Family members of the Gwangju protesters welcomed Mr. Moon’s attempts to punish purveyors of disinformation who disparage them.
“As if our loss of siblings and parents was not painful enough, they have been vilifying us as stooges of North Korean agents,” said Cho Young-dae, a nephew of the late Cho Pius, a Catholic priest in Gwangju who participated in the uprising and testified years later about the killings. “They have abused the freedom of expression to add insult to our injury.”
Mr. Cho, who is also a priest, said Gwangju survivors had suffered too long while people like Mr. Jee spread false information about the massacre. “We need a South Korean version of the Holocaust law to punish those who beautify the Gwangju atrocity, as European countries have laws against Holocaust denial,” he said.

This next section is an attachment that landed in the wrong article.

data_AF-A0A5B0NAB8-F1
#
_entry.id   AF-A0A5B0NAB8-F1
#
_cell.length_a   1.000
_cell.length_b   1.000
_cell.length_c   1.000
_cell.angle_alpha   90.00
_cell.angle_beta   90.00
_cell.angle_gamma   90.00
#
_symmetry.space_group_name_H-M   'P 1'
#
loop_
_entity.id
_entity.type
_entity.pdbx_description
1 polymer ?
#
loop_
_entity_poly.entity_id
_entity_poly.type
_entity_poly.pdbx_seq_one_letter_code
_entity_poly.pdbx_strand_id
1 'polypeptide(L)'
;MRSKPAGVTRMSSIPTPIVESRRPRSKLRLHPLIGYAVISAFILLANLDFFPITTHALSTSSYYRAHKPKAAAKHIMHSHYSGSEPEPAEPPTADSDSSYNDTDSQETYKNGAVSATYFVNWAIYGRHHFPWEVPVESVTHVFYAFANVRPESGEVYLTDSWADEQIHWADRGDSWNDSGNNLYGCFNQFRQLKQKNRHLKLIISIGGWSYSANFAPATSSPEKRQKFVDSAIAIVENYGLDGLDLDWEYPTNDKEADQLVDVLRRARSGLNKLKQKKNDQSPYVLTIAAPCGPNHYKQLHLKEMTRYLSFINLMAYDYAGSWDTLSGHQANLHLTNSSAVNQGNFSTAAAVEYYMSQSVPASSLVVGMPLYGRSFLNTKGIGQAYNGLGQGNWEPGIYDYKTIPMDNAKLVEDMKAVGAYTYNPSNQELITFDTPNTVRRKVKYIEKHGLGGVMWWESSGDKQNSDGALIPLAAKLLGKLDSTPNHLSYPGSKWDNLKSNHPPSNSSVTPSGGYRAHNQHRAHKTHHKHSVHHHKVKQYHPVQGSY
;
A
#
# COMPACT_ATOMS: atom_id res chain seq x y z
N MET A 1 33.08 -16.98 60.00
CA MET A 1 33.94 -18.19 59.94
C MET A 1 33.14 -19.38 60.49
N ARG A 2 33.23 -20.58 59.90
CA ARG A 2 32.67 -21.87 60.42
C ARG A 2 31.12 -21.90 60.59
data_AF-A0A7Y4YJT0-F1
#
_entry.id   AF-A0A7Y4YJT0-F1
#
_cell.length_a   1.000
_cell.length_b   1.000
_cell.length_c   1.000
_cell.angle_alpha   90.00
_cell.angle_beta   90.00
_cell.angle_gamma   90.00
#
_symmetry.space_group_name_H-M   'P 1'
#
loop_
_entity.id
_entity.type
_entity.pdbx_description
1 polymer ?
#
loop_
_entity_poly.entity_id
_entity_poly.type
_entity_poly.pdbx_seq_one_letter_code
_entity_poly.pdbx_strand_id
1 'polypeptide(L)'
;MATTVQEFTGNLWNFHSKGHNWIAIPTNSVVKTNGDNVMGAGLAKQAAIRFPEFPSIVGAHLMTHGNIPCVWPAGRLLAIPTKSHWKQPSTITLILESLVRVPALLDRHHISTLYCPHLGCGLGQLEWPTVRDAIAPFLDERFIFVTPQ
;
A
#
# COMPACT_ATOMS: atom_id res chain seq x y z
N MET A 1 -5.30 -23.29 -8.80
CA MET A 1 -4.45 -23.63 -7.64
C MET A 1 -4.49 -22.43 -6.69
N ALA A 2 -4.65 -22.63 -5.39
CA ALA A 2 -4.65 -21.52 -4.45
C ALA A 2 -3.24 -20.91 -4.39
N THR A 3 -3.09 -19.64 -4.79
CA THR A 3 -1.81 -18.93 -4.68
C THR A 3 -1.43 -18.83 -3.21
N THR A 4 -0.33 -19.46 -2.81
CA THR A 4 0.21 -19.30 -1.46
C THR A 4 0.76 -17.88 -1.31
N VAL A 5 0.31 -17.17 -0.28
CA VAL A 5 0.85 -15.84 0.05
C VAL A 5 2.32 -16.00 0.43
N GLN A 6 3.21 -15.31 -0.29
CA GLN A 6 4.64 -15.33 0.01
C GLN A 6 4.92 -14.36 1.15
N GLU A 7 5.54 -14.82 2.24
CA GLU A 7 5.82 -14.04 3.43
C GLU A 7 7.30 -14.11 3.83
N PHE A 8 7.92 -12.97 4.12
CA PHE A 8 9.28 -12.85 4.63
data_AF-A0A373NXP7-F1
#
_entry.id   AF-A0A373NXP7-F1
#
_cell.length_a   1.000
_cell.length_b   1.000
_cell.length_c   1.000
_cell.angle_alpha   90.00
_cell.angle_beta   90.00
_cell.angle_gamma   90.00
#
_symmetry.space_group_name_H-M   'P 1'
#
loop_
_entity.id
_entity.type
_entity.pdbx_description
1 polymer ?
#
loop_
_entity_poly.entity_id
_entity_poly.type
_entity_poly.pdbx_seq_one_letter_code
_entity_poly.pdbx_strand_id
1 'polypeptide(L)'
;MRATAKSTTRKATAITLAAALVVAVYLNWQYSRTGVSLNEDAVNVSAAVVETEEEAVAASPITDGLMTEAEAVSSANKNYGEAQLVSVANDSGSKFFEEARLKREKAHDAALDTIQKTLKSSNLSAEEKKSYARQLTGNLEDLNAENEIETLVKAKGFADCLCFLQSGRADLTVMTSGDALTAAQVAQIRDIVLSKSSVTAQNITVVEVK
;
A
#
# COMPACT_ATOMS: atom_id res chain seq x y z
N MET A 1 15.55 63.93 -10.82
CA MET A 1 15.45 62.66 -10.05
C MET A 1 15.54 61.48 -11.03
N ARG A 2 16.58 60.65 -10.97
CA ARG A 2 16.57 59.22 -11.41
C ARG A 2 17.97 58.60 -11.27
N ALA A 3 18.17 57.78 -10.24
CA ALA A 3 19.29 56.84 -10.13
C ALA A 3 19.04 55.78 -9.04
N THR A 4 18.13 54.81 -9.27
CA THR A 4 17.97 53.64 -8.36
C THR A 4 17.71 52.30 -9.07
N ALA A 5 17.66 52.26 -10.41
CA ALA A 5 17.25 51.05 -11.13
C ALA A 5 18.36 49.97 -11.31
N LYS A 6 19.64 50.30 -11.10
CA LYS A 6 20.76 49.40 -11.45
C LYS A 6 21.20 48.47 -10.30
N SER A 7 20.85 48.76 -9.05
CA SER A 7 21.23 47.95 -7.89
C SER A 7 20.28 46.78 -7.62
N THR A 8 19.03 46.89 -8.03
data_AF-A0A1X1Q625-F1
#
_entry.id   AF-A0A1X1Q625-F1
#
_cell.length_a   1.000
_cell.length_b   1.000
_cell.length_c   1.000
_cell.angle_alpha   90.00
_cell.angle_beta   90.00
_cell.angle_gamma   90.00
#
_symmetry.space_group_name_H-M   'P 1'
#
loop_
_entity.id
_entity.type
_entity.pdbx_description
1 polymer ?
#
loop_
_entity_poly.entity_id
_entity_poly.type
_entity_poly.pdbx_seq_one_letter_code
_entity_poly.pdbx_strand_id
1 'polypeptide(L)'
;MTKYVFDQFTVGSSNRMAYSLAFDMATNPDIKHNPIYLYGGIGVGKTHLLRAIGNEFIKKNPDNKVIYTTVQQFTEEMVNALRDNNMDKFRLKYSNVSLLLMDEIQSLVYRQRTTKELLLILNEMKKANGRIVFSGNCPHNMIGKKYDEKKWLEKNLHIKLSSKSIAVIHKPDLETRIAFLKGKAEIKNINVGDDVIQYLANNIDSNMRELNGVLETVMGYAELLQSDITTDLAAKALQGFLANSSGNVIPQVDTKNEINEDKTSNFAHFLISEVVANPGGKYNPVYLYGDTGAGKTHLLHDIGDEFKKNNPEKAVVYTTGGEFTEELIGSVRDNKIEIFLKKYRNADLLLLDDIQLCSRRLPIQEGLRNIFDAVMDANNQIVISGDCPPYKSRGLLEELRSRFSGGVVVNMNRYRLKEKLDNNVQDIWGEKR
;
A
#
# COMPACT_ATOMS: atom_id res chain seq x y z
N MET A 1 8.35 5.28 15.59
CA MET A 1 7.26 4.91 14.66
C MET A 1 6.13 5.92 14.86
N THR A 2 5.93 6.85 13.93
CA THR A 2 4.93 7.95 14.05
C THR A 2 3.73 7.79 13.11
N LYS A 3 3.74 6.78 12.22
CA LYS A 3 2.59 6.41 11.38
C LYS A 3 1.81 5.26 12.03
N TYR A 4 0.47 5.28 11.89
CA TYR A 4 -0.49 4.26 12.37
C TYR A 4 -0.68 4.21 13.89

Recent surveys have found that the biggest conflict dividing Korean society is between progressives and conservatives, both of whom are eager to shape and censor history and textbooks to their advantage.
Conservative dictators once arrested, tortured and executed dissidents in the name of a National Security Act that criminalized “praising, inciting or propagating” any behavior deemed pro-North Korean or sympathetic to communism.
Conservatives today want history to highlight the positive aspects of their heroes — such as Syngman Rhee, South Korea’s authoritarian founding president, and Park Chung-hee, a military dictator — and their success in fighting communism and lifting the country out of poverty after the Korean War.